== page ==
The LG 32UD99 accepts HDR10 signals, so we added our HD Fury Integral to the signal path to simulate the format. When the monitor senses a proper input, it switches automatically into HDR mode and displays a brief message on the screen.
There are four picture modes specific to HDR, so we picked Cinema as our test subject. The other presets are visibly off in color and some add edge enhancement which does little more than reduce perceived resolution and clarity. All modes are non-adjustable except for brightness, which should be left at its maximum level for HDR. This ensures the greatest dynamic range and image depth.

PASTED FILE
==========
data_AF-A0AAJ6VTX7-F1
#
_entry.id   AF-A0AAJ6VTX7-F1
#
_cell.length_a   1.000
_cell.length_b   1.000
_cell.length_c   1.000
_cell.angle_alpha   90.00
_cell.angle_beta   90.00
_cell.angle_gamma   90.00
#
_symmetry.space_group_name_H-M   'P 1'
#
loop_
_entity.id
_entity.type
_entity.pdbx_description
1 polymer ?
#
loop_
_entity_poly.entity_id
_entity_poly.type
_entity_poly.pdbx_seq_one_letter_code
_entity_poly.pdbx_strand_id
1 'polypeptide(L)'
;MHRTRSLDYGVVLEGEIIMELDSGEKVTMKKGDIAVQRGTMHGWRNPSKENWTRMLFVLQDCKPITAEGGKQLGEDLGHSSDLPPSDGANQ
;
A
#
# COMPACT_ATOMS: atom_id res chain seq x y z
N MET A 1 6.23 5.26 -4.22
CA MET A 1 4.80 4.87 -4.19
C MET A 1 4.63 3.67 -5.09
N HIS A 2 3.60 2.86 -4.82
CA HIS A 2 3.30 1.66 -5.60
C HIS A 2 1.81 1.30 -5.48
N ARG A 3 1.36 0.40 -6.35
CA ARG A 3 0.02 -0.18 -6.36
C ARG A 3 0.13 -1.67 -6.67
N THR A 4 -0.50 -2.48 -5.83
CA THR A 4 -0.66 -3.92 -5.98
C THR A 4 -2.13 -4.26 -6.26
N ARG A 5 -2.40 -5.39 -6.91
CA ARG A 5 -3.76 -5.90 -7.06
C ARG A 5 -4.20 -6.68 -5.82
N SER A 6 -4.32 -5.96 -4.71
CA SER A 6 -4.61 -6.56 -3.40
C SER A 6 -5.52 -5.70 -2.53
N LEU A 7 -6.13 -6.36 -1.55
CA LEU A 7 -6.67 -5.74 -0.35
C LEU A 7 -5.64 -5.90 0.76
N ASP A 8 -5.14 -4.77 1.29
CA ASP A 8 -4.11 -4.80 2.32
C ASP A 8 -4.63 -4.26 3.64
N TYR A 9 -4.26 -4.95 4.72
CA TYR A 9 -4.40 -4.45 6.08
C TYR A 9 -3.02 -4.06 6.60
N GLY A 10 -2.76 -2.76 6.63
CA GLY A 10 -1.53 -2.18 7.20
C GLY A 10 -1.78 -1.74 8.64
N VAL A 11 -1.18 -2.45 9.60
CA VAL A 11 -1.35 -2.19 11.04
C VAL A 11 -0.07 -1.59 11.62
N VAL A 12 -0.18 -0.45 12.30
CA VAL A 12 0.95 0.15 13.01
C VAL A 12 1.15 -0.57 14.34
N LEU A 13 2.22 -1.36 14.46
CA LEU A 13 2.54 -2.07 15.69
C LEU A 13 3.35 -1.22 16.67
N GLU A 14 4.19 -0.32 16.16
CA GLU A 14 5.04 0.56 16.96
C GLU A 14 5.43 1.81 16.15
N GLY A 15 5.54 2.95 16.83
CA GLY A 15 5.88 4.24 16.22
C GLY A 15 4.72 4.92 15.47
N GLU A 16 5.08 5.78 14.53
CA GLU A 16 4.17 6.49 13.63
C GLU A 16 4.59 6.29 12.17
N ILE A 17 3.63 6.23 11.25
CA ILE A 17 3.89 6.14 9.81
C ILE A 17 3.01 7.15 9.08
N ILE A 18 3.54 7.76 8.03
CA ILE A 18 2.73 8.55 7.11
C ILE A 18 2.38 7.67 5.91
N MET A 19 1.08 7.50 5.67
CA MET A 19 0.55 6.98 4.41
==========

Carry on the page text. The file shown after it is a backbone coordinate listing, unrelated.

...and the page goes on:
The RGB test shows a blue shift that increases as brightness levels rise. The error isn’t too grievous at around 8dE. Darker steps are closer to the mark. Overall, the blue tint is only slightly apparent. EOTF measures almost right on the line with only the tiniest variations. This bodes well for color tracking and overall image quality, which is much better than the monitor’s 2000:1 sequential HDR contrast value would suggest. While we’d love to see a full-array backlight on every monitor, the cost is quite a bit higher. LG has maximized the potential of this display with a superb IPS panel part and solid engineering. The LG 32UD99’s HDR quality is superior to other edge-lit screens and is only bested by the premium-priced Dell UP2817Q and its zone-dimming feature.
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